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Reciprocity: Angels Among Us

Another lovely guest post from Leslie at Heaven’s Overlook.

Here at the Segullah Blog, quite a bit of reciprocity emerges on a daily basis. It goes like this.  You have a good quote, poem, or idea and you share it with someone and they love it so they share it with a neighbor or a sister. Or, you use the quote from a Segullah post for a Sunday Relief Society lesson, or go to the library and check out the recommended book that someone made in the comments. Then, next week a different person shares and another person relishes and benefits from the sharing. In one click we offer a gift of sorts. Will this post speak to anyone? Do the words generate ideas or enlighten? What words do they need today? All of these thoughts and worries calm when reciprocity enters. A little give-and-take is the golden thread that keeps everything moving in a forum like this. Reciprocity. Happy Wednesday Segullah friends!

Do you ever have those weeks when you go through the motions of believing? You do everything you are “supposed” to do, but the week passes without any real spiritual feelings to it. But, do you have those weeks when you feel like everything is heightened because you’ve added faith to the motions and you realize the reasons why you continue to believe week after week?  Lucky for all of us that the week Jesus Christ was born Mary and Joseph’s faith was right on. Truly, when you look at these two human beings and ask—How did they make it through that harrowing experience? What makes a holy family? We could go on all day.

Perhaps you have stood in front of Brian Kershisnik’s “The Nativity” which stretches across a 17 by 7 foot canvas, ceiling to floor. (Kershisnik is a favorite Utah artist who lives and paints in rural Kanosh. The BYU Museum of Fine Arts housed the painting for several years.)

With wall-to-wall angels in textured white fabric, it reminds me of Milosz’s words, “I never believed in the presence of angels, but my dreams have changed.” And poet Jacqueline Osherow also speaks of angels with the words, “Winged and white and haloed/ and in many paintings very beautiful/All you know is how impossible it is/without them.” Notice the myriad of white fabrics that Kershisnik uses to dress his angels. It reminds me of going to the temple and noticing the white fabrics, layer upon layer.

Which angels are you noticing?

I remember standing in front of the actual painting several years ago and not being able to breathe. My greed took over, as I was too anxious to notice everything before I walked away and drove home to my everyday life. I dissected it aesthetically piece by piece, angel by angel, but with the absence of breathing spiritually, I missed the meaning behind the art.

Last weekend I was reacquainted with the painting as I sat shoulder to shoulder with my sister-in-law. We experienced the angels together just before Thanksgiving dinner where the painting hangs in her dining-room. It is much smaller in proportion, but hangs with just as much reverence. We whispered back and forth below the angels, Mary, and Joseph as if they were present.  We wept in wonder and awe.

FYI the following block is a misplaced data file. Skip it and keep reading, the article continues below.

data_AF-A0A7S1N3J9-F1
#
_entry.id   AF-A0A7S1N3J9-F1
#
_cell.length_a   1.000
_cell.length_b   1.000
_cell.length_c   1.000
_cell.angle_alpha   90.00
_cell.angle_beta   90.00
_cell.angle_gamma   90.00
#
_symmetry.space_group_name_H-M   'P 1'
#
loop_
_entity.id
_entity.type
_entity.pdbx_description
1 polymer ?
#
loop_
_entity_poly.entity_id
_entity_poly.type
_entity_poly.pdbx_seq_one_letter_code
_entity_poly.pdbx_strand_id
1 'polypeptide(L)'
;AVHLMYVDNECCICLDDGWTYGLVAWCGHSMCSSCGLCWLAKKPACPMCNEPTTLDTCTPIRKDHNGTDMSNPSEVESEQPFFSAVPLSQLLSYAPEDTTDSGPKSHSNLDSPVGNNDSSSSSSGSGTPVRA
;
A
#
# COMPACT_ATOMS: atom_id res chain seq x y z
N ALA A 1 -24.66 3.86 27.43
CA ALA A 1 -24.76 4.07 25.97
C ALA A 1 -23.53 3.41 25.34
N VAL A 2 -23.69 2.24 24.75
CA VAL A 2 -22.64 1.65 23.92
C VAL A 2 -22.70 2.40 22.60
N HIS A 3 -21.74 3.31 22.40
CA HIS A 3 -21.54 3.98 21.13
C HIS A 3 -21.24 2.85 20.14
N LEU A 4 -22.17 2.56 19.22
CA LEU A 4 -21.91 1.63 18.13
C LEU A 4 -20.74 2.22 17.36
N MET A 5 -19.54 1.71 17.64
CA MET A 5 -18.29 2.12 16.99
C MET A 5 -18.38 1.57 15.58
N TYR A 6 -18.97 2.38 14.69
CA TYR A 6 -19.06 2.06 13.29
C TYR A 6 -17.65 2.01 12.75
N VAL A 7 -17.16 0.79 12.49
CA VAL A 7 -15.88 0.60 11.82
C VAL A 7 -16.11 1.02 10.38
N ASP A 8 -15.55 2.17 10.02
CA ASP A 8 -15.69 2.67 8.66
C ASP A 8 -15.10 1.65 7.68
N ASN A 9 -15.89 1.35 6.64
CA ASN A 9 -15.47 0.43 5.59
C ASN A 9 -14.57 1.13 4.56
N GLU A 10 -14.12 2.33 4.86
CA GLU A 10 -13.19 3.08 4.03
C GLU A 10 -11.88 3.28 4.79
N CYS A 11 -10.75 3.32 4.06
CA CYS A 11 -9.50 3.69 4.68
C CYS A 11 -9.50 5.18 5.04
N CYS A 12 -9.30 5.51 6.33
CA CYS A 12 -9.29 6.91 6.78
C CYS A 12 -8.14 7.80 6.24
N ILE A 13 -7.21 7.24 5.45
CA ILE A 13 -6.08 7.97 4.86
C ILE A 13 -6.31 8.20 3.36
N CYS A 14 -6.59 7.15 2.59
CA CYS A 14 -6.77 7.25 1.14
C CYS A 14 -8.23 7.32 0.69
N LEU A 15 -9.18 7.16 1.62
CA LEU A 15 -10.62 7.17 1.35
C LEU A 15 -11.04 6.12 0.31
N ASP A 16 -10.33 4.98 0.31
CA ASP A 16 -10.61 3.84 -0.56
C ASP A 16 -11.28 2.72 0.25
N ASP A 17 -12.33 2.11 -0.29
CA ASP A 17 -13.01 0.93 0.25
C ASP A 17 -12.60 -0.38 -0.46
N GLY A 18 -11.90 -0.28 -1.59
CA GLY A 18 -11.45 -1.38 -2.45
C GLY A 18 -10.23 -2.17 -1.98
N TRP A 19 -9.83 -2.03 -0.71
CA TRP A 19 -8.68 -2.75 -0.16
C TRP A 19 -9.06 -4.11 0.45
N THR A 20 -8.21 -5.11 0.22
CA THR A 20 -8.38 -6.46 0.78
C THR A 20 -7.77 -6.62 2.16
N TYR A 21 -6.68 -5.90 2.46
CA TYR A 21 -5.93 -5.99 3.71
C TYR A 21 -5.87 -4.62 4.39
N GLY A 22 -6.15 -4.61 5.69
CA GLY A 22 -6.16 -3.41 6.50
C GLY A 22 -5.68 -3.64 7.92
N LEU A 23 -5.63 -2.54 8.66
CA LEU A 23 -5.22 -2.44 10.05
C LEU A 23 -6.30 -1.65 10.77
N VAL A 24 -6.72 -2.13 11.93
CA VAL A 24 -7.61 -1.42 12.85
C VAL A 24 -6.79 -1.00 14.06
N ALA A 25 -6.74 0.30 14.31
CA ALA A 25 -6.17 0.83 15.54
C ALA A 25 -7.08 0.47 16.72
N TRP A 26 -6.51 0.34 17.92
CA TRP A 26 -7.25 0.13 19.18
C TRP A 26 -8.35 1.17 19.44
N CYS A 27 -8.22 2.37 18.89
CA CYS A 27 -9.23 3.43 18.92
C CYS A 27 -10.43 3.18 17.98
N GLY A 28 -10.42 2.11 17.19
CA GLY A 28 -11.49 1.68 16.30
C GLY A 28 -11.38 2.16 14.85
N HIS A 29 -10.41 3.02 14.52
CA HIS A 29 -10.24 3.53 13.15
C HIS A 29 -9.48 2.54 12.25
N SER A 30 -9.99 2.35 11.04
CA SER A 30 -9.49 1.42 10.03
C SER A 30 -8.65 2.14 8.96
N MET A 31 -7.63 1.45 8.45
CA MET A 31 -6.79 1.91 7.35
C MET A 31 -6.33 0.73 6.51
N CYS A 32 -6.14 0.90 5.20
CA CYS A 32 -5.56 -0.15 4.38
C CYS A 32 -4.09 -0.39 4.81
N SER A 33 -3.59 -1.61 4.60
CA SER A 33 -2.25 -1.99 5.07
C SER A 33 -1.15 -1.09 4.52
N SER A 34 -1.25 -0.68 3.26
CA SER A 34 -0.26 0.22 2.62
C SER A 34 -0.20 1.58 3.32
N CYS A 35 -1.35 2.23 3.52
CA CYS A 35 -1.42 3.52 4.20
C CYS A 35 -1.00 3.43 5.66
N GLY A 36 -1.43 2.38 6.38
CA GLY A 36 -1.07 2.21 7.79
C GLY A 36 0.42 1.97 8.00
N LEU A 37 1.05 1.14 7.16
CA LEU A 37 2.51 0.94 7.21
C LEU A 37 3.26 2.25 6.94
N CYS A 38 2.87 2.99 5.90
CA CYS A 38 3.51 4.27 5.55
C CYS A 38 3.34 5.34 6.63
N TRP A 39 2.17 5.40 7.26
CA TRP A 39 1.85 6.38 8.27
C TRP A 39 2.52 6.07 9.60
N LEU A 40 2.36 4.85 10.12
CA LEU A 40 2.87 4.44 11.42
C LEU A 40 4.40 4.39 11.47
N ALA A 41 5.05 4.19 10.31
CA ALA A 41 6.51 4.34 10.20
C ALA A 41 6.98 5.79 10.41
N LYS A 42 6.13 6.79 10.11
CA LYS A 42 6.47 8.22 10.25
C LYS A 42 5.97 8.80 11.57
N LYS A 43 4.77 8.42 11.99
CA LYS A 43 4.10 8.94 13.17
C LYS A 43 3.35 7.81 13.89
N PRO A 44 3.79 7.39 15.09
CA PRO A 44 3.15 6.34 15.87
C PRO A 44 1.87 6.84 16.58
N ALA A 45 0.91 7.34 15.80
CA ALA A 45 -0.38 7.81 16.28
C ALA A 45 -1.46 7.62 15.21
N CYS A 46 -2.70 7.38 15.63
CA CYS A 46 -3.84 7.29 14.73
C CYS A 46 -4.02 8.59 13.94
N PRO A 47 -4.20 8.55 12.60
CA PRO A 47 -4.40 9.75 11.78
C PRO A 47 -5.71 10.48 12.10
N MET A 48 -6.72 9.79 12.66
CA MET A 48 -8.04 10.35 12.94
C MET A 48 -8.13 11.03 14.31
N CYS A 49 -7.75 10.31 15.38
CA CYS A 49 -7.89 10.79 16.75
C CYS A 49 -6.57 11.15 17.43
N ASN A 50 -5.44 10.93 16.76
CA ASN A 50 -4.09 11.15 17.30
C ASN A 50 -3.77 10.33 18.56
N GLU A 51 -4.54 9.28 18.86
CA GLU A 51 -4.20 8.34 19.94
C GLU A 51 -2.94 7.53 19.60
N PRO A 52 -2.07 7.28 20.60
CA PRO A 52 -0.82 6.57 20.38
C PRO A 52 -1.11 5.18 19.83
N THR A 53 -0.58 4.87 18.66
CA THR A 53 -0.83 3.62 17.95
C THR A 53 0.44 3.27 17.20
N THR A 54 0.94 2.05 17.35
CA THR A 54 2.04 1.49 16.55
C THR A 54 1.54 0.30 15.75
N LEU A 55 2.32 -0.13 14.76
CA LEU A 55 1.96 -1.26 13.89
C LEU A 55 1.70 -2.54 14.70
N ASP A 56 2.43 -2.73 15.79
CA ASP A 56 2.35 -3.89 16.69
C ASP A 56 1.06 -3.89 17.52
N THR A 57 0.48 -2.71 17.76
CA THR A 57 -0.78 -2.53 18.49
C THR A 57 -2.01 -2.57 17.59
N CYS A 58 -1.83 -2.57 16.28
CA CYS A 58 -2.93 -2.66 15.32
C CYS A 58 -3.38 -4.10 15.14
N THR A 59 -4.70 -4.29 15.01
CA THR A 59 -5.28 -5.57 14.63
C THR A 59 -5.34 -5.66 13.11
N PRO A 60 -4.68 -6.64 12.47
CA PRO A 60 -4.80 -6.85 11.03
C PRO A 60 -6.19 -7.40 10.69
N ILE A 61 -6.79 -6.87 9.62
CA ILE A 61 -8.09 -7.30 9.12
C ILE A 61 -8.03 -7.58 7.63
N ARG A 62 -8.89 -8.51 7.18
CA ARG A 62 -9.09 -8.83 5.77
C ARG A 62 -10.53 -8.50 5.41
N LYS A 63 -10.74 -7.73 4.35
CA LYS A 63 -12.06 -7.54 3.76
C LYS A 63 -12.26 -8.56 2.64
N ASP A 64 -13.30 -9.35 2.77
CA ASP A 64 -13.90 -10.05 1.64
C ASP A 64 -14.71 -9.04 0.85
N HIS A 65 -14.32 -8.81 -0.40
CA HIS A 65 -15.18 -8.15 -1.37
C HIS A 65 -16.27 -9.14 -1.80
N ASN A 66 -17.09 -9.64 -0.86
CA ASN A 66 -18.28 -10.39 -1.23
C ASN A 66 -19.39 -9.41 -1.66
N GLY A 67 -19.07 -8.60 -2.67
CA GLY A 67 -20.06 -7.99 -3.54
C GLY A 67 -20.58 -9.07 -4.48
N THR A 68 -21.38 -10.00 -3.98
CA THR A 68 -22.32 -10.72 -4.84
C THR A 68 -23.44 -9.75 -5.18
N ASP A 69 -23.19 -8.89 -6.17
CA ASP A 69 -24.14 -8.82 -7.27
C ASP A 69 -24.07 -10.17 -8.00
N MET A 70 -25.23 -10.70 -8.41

“‘Nativity’ is the most worshipful paintings I’ve ever sat in front of,” Kershisnik says. “You’re observing Mary and Joseph, and you’re immediately led to the angels, who all seem familiar to you, and it doesn’t take long before you’re one of them—-worshipping right along with the figures in the painting.”

My sister-in-law noticed that not all of the windswept angels are rejoicing, and some even look a bit concerned. Her conclusions are that perhaps they are filled with worry because Jesus Christ has left their presence, now born into His earthly mission.  “Those angels are us,” my sister-in-law said in hushed tones.  We could have been one of those angels hovering above the dark triangular birth scene that belonged to Mary, Joseph, and the baby we call our Savior and Redeemer.  Don’t you think it is mesmerizing how Kershisnik uses the contrast between the angels and the holy family? Painted in human earth-tones, Mary and Joseph have fulfilled their potential to become a Holy Family, just as each of us does in our own families. Again, that question-What makes a Holy family?

And what about the women with blood on their hands?  I’ll leave that one to all of you.

One of my favorite images is the angel who has his hand on the back of Joseph’s head. In keeping with Orthodox Judaism, Kershisnik paints Joseph kneeling behind Mary. That angel must have known that this new father needed a little comforting, as do most fathers after they have watched a woman give birth to a child. Small passages between heaven and earth are scattered throughout the painting.  Which ones are you noticing?

What else are your eyes drawn to?

Enter Reciprocity.

Here is one last charmer quote for your fridges or exchanges with loved ones that goes hand in hand with Kershisnik’s piece of art.

“A strange reversal happens at Christmas time when we who have worshipped and centered our whole lives in a glorious person-adult suddenly find ourselves standing, as it were, as adults looking at an infant.” –Truman Madsen

22 thoughts on “Reciprocity: Angels Among Us”

  1. I love this painting. It is hanging in the BYU MOA again for the Christmas season. It is a stunner to see in person. The docents at the Museum can tell you alot about the painting and the meanings portrayed.

    I love the angels, all crowding in to see the baby. I expecially love the baby angels.

  2. I've never seen this painting before. I'd love to see it in the original size so the textures of fabric you describe are visible. I love the motion of it–how you can almost feel the breeze as the angels gather around the Holy Family.

    This reminds me of the scripture where Elisha says, "Fear not, for they that be with us are more than they that be with them." I love the idea of being surrounded by angels, and this is a beautiful rendition of that concept.